Gray code was invented by Frank Gray of Bell Labs in 1947. He called his code as reflected binary code. Later others started calling it as Gray code. This code has also come to be known as mirror code. Both the names, viz., reflected binary code and mirror code, stem from its mirrorreflection property. The main features of the Gray code are:
• It is a binary code just like to the conventional binary code.
• The code can be constructed using its mirrorreflecting property.
• Adjacent numbers of the code differ in one bitposition only. This is illustrated in Table 1.26, which shows entries of decimal numbers 0 to 4, and their equivalents in the conventional binary and the Graycode binary. In columns 2 and 3 of Table 1.26, we have highlighted the positions in which adjacent numbers differ from each other using bold fonts. It can be seen from column 2 that adjacent numbers in conventional binary may differ from each other in one or more one bit positions. For example, 0011 (= 3) and 0100 (= 4)differ from each other in three bit positions.
Now, inspection of column 3 of Table 1.26 shows that adjacent numbers in the Gray code differ from each other only in one bit position. For example, 0010 (= 3) and 0110 (= 4) differ from each other only in the second bit position from the left. This important property of Gray code has many practical applications. The foremost among these is its use in logic simplification using the Kmap and QuineMccluskey methods. It also finds extensive use in errordetection and correction codes.
Table 1.26 Decimal, conventional binary and Graycode numbers
The principles used in the construction of 2bit Gray code may be extended to get any nbit (where n is a power of 2) Gray code. Figure 1.5(a) and (b) show the construction of a 3bit Gray code. As in the 2bit case, in the case of 3bit Gray code, we shift the mirror to the new position below 10 and write the reflected code words below the mirror as shown in Fig. 1.5(a). After writing the reflected code words, as in the previous case, we add one 0 to each of the code words above the mirror one 1 to each of the code words below the mirror as shown in Fig. 1.5(b). Table 1.28 shows the actual form of the 3bit Gray code, after the removal of the mirror. Extending the principles, we draw the 4bit Gray code as shown in Table 1.29. it may be noted that Gray code is not a weighted code. But it finds applications because of its third feature (see Section 1.15).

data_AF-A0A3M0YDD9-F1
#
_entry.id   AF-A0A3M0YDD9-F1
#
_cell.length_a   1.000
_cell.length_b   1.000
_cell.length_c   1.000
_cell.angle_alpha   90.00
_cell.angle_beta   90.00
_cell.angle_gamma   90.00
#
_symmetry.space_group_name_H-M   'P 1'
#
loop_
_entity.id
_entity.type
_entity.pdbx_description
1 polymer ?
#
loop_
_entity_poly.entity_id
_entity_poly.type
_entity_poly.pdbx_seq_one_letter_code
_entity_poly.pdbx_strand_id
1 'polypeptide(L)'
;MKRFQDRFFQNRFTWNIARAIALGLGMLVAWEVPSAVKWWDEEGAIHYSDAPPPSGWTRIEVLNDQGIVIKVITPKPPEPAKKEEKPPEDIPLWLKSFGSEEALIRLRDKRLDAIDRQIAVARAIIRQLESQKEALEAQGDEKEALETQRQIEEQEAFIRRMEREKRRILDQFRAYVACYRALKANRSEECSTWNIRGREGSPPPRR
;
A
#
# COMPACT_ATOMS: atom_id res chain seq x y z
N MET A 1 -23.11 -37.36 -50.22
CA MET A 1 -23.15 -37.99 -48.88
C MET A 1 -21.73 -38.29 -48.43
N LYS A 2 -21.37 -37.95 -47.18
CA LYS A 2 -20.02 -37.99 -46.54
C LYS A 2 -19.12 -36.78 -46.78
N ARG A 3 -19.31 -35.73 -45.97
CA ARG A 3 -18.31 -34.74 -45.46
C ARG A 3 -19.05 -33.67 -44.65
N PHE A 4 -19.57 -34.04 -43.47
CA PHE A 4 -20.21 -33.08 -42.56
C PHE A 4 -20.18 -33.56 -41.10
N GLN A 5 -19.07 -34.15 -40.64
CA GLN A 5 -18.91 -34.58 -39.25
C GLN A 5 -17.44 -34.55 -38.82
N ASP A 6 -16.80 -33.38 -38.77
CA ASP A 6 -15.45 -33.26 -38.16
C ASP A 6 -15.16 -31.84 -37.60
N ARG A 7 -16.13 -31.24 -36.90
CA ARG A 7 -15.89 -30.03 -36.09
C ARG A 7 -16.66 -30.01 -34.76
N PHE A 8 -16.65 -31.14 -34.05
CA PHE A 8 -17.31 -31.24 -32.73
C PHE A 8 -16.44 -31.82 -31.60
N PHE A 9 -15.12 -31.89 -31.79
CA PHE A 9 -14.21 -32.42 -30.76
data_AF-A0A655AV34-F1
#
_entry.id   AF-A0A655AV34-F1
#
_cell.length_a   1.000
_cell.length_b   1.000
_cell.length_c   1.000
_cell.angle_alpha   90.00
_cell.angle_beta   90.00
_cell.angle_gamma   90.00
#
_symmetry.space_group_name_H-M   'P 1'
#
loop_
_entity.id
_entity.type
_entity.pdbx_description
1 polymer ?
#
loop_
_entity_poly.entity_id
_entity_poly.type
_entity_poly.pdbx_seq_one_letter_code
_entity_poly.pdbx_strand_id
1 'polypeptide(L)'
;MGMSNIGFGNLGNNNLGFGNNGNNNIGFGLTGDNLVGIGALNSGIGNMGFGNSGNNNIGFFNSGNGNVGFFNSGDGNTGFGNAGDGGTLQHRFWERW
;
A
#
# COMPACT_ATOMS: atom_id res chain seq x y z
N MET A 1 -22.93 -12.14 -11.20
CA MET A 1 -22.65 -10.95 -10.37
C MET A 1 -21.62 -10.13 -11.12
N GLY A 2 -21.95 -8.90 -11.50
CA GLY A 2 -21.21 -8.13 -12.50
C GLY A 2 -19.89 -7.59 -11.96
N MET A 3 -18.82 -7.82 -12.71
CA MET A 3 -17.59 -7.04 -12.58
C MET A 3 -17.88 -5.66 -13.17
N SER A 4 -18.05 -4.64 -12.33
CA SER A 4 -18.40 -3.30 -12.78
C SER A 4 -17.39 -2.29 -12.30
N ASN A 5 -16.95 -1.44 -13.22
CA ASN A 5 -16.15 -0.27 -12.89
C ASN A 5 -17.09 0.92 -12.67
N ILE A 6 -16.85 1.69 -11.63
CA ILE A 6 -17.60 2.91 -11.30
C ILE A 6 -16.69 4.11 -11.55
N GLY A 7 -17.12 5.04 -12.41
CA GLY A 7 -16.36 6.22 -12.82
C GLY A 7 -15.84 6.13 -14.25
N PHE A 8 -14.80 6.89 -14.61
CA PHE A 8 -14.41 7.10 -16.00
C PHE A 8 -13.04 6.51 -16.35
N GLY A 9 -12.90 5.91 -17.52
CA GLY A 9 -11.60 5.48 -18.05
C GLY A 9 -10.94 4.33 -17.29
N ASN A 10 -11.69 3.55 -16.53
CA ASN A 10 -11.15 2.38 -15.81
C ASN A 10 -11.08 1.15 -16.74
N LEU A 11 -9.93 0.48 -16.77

• It is a binary code just like to the conventional binary code.
• The code can be constructed using its mirrorreflecting property.
• Adjacent numbers of the code differ in one bitposition only. This is illustrated in Table 1.26, which shows entries of decimal numbers 0 to 4, and their equivalents in the conventional binary and the Graycode binary. In columns 2 and 3 of Table 1.26, we have highlighted the positions in which adjacent numbers differ from each other using bold fonts. It can be seen from column 2 that adjacent numbers in conventional binary may differ from each other in one or more one bit positions. For example, 0011 (= 3) and 0100 (= 4)differ from each other in three bit positions.
Now, inspection of column 3 of Table 1.26 shows that adjacent numbers in the Gray code differ from each other only in one bit position. For example, 0010 (= 3) and 0110 (= 4) differ from each other only in the second bit position from the left. This important property of Gray code has many practical applications. The foremost among these is its use in logic simplification using the Kmap and QuineMccluskey methods. It also finds extensive use in errordetection and correction codes.
Table 1.26 Decimal, conventional binary and Graycode numbers
Decimal number

Conventional binary equivalent

Graycode equivalent

0
1
2
3
4

0000
0001
0010
0011
0100

0000
0001
0011
0010
0110

Construction of Gray code
Gray code can be constructed by its mirrorreflection property. For example, a twobit Gray code can be constructed as illustrated below. First we write 0 and then immediately below it write 1. Then we draw a horizontal line below bit 1 and then write the bits 1 and 0 below this line in that order, assuming the horizontal line to act as a mirror. Thus, we get the structure shown in Fig. 1.3.
Now, add one 0 each to the bits above the mirrorline and one 1 each to the bits below the mirrorline as demonstrated in Fig. 1.4. Table 1.27 shows the 2bit Gray code after removal of the mirror.
Table 1.28 3bit Gray code
Decimal

Gray code

0
1
2
3
4
5
6
7

000
001
011
010
110
111
101
100

Table 1.29 4bit Gray code
Decimal

Gray code

Decimal

Gray code

0
1
2
3
4
5
6
7

0000
0001
0011
0010
0110
0111
0101
0100

8
9
10
11
12
13
14
15

1000
1001
1011
1010
1110
1111
1101
1100

nice thank you
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